The Poxvirus Research Group is led by Dr Beard and studies atypical large DNA viruses that have adapted to a cytoplasmic replication cycle including the Poxviridae and Asfarviridae virus families.
Viruses of particular interest to the group include:
- Lumpy skin disease virus, Sheeppox virus and Goatpox virus. These three species comprise the Capripoxvirus genus and cause systemic disease in cattle, sheep and goats. These viruses cause significant animal and economic loss in Africa, the Middle East and Asia.
- African Swine Fever virus. This virus is the only member of the Asfarviridae family and causes the fatal haemorrhagic disease known as African swine fever in pigs. There is no vaccine available to protect against this highly contagious virus.
- To understand how specialised large DNA viruses cause disease in their host, and then apply this knowledge to the development of novel tools for the control and prevention of disease.
- To work together in an inclusive, respectful and collaborative environment that supports the personal and professional development of every member, regardless of race, religion, ethnicity, gender identity or expression, sexual orientation, age, or disability status.
Our research focuses on three areas of large DNA virus research:
- Host immune response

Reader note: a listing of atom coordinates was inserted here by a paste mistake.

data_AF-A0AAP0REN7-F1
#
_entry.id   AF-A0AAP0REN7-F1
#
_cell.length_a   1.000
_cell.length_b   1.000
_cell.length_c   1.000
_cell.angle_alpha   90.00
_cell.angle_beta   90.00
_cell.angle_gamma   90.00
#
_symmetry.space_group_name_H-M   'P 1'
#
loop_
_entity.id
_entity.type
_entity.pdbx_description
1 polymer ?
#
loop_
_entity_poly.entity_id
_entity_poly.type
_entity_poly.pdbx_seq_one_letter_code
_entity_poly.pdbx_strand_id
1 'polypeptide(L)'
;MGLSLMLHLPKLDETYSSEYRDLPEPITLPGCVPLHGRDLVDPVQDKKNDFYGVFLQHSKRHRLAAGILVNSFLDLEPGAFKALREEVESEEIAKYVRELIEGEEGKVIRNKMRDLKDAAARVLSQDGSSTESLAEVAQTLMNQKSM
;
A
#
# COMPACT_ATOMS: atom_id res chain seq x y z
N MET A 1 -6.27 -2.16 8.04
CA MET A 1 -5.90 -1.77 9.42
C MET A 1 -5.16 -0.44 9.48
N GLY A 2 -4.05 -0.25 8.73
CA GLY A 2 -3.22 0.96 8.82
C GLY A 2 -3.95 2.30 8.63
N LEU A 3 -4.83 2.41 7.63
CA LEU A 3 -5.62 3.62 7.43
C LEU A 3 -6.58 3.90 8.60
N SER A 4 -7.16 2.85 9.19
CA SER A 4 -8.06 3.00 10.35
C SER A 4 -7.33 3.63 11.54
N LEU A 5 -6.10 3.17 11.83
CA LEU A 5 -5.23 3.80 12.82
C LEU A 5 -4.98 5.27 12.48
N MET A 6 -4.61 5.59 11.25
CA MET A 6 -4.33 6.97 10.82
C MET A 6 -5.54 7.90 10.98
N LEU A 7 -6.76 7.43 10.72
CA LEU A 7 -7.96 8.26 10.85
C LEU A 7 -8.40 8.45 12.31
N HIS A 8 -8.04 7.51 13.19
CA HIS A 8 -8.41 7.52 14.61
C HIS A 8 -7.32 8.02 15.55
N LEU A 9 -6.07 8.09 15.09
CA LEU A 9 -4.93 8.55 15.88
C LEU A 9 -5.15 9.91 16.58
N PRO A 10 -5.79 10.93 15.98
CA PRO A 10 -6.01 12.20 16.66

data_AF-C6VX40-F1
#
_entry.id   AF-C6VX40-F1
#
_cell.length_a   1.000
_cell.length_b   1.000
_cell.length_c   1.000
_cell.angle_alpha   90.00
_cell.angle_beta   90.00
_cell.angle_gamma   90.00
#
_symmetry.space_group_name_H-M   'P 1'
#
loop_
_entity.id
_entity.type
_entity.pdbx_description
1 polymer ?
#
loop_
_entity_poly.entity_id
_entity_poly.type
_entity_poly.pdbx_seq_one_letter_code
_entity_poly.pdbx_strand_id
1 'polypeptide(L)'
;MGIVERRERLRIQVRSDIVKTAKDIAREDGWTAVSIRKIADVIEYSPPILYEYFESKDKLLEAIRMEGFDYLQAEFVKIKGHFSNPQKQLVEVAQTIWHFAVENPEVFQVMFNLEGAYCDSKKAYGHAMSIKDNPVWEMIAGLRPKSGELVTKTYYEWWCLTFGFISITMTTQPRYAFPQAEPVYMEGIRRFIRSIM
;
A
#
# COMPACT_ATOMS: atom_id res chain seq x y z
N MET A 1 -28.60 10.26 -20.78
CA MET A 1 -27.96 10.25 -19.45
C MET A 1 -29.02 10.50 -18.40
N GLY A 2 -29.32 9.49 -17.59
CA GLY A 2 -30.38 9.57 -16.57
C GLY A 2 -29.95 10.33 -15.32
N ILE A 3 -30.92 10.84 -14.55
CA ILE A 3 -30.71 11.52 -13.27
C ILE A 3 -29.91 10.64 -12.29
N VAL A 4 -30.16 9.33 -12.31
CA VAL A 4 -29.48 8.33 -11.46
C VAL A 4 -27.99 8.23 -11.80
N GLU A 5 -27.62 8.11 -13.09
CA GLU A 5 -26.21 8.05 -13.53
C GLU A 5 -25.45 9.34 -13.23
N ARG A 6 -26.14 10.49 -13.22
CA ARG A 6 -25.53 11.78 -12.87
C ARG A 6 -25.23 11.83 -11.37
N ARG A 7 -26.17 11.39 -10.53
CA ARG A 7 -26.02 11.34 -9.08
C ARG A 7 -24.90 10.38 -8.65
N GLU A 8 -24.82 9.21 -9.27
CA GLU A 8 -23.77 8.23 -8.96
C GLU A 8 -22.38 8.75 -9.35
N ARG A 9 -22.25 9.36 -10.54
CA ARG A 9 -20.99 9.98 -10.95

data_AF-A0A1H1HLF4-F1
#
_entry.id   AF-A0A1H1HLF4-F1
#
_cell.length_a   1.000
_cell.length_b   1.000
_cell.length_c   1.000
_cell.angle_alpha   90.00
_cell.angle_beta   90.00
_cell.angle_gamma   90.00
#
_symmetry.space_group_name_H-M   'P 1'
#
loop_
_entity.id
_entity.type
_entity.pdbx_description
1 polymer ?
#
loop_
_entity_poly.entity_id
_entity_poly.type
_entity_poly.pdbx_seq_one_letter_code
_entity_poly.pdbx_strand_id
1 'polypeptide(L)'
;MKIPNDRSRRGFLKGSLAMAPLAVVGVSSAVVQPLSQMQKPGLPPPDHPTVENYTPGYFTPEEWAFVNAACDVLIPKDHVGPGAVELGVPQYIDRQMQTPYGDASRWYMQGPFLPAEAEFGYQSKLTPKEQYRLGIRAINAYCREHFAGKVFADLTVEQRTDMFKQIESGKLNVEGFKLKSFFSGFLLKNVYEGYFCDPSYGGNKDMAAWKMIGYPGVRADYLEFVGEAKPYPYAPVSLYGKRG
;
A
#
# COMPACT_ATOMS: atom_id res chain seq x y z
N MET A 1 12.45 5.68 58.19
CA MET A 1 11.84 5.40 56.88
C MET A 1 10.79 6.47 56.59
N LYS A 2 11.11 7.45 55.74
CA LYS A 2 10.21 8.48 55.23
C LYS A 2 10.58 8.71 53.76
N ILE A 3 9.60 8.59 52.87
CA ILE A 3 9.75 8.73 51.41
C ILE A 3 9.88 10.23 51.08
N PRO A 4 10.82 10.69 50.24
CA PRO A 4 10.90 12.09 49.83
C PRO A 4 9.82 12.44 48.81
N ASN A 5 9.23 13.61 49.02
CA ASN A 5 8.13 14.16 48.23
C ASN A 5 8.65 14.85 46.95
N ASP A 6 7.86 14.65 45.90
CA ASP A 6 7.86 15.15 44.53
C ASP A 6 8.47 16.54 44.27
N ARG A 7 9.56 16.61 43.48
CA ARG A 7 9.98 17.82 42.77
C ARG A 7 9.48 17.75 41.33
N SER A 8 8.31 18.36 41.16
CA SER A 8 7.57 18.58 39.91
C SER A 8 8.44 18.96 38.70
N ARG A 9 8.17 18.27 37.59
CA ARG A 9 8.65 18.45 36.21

- Viral evasion mechanisms
- Transmission routes
Currently funded projects include:
- Development of rationally designed live-attenuated lumpy skin disease vaccines - BBSRC responsive mode grant BB/R008833/1.
- Vector-borne transmission of lumpy skin disease virus - BBSRC responsive mode grant BB/T005173/1 in partnership with MSD Animal Health.
- DEFEND: Tackling the emergence of African swine fever and lumpy skin disease in Europe - EU H2020 research programme 773701 in partnership with 29 other consortium members including industry partners ID-VET and Zoetis.
Specialised large DNA viruses include important veterinary pathogens that are endemic in some regions of the world and emerging into new areas such as Europe and Asia, particularly lumpy skin disease and African swine fever. Our work on the fundamental biology of these viruses can be used to develop novel methods for virus control. This impact will be realised through partnership with other researchers, industry partners, government stakeholders and others. We also contribute to UK society and the economy by providing expert advice on these important diseases to policy makers in governments (UK, European and other), veterinarians in the field, and farmers.